Newspaper article The Christian Science Monitor

Crimea Votes for Greater Freedom from Ukraine Self-Determination in Black Sea Region Fuels Tensions between Moscow and Kiev

Newspaper article The Christian Science Monitor

Crimea Votes for Greater Freedom from Ukraine Self-Determination in Black Sea Region Fuels Tensions between Moscow and Kiev

Article excerpt

A TERRITORIAL dispute between Ukraine and its largely pro-Russian Crimea Peninsula has threatened to spin out of control, and Kiev authorities have hinted that the former Soviet republic's nuclear status could be affected if the conflict worsens.

The clash in autonomy-minded Crimea, one of many potential hot spots between Russia and Ukraine following the 1991 Soviet collapse, could also harm Ukraine's strained relations with its powerful neighbor. Rumors of troop movements have been rife in the Black Sea region, but Russian President Boris Yeltsin has said that both he and his Ukrainian counterpart, Leonid Kravchuk, pledged to refrain from the use of force in settling the issue.

The Russian ITAR-Tass news agency over the weekend quoted the Ukrainian Navy as saying that Russia had dispatched tank and antiaircraft battalions to Black Sea Fleet headquarters in the prized Crimean port of Sevastopol, but the report has not been confirmed. Ukraine has protested to Russia over the action.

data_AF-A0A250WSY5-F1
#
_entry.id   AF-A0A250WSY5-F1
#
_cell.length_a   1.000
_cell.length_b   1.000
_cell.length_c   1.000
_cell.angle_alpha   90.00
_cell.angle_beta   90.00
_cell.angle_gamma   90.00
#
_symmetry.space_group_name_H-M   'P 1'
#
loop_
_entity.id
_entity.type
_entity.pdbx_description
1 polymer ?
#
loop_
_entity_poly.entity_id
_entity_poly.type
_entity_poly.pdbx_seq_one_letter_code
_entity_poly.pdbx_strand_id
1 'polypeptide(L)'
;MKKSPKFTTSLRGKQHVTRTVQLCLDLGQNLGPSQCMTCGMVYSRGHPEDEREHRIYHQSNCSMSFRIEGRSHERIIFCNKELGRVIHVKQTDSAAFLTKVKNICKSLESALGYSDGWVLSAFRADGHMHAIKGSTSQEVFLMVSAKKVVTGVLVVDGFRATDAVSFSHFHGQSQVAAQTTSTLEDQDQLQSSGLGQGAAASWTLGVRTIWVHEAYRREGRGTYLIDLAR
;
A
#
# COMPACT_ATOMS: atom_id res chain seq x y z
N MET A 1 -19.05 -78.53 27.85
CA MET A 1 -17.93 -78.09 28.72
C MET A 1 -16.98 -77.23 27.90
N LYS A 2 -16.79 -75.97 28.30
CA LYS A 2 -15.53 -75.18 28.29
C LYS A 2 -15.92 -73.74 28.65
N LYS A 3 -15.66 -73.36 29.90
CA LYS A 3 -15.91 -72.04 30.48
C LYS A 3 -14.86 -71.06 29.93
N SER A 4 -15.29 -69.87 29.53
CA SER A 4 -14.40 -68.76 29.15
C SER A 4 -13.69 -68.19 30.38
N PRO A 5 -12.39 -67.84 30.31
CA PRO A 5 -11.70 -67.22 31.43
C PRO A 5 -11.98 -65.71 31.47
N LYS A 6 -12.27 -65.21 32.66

"Ukraine will refrain from using force in solving the Crimean problem - unless, of course, it is provoked by the other side," Ukrainian Foreign Minister Anatoly Zlenko said. He added that he received assurances from Russian Foreign Minister Andrei Kozyrev that Russia would also avoid force.

Seeking to defuse the situation, Mr. Yeltsin stressed in a telephone conversation with Mr. Kravchuk that Crimea is a sovereign republic within Ukraine and has the right to carry out its own policy, ITAR-Tass reported. The two countries' prime ministers are scheduled to meet today in Moscow to discuss the issue.

The conflict flared up on Friday, when Crimea's pro-Russian parliament voted to restore a 1992 Constitution giving the region more independence from Ukraine. Kravchuk suspended the Constitution as a threat to his nation's security and gave parliament 10 days to rescind the action.

Following the 69 to 2 vote, deputies in the Crimean capital of Simferopol told Kiev the action was not a threat to Ukraine's integrity. But Kravchuk saw the vote as a step toward possible realignment with Russia.

"The Yugoslav drama should not be repeated in Crimea," Mr. Kozyrev warned, according to ITAR-Tass. "There the {war} started with demands of sovereignty and ultimatums to back up state integrity."

Part of Russia since 1783, Crimea is 70 percent ethnic Russian but was transferred to Ukraine as a token of Russian-Ukrainian friendship by former Soviet premier Nikita Khrushchev in 1954. …

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